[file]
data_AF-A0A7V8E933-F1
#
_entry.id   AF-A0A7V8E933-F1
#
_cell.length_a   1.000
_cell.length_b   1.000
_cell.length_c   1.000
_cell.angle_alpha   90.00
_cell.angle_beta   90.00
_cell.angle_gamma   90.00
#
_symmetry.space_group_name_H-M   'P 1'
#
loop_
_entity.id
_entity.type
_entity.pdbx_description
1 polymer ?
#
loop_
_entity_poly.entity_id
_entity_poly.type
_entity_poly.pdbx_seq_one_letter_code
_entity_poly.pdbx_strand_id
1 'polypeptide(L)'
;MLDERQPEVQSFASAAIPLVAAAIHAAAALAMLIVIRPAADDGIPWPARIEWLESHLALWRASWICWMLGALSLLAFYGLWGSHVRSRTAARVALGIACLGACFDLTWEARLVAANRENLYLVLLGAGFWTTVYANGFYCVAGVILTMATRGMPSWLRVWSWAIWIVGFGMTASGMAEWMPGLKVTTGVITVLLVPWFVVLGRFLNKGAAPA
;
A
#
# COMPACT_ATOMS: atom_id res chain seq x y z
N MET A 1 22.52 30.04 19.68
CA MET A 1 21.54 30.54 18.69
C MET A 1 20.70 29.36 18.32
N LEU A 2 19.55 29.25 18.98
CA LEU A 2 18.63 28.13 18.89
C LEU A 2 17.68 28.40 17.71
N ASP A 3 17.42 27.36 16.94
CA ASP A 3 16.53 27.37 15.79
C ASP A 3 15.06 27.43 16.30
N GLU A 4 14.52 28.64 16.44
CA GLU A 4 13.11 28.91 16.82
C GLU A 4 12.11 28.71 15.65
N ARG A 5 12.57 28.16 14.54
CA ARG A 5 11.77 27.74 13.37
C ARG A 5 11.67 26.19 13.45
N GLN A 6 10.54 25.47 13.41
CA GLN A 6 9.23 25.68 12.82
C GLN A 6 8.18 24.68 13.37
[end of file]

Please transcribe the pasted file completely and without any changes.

data_AF-A0A7V8E933-F1
#
_entry.id   AF-A0A7V8E933-F1
#
_cell.length_a   1.000
_cell.length_b   1.000
_cell.length_c   1.000
_cell.angle_alpha   90.00
_cell.angle_beta   90.00
_cell.angle_gamma   90.00
#
_symmetry.space_group_name_H-M   'P 1'
#
loop_
_entity.id
_entity.type
_entity.pdbx_description
1 polymer ?
#
loop_
_entity_poly.entity_id
_entity_poly.type
_entity_poly.pdbx_seq_one_letter_code
_entity_poly.pdbx_strand_id
1 'polypeptide(L)'
;MLDERQPEVQSFASAAIPLVAAAIHAAAALAMLIVIRPAADDGIPWPARIEWLESHLALWRASWICWMLGALSLLAFYGLWGSHVRSRTAARVALGIACLGACFDLTWEARLVAANRENLYLVLLGAGFWTTVYANGFYCVAGVILTMATRGMPSWLRVWSWAIWIVGFGMTASGMAEWMPGLKVTTGVITVLLVPWFVVLGRFLNKGAAPA
;
A
#
# COMPACT_ATOMS: atom_id res chain seq x y z
N MET A 1 22.52 30.04 19.68
CA MET A 1 21.54 30.54 18.69
C MET A 1 20.70 29.36 18.32
N LEU A 2 19.55 29.25 18.98
CA LEU A 2 18.63 28.13 18.89
C LEU A 2 17.68 28.40 17.71
N ASP A 3 17.42 27.36 16.94
CA ASP A 3 16.53 27.37 15.79
C ASP A 3 15.06 27.43 16.30
N GLU A 4 14.52 28.64 16.44
CA GLU A 4 13.11 28.91 16.82
C GLU A 4 12.11 28.71 15.65
N ARG A 5 12.57 28.16 14.54
CA ARG A 5 11.77 27.74 13.37
C ARG A 5 11.67 26.19 13.45
N GLN A 6 10.54 25.47 13.41
CA GLN A 6 9.23 25.68 12.82
C GLN A 6 8.18 24.68 13.37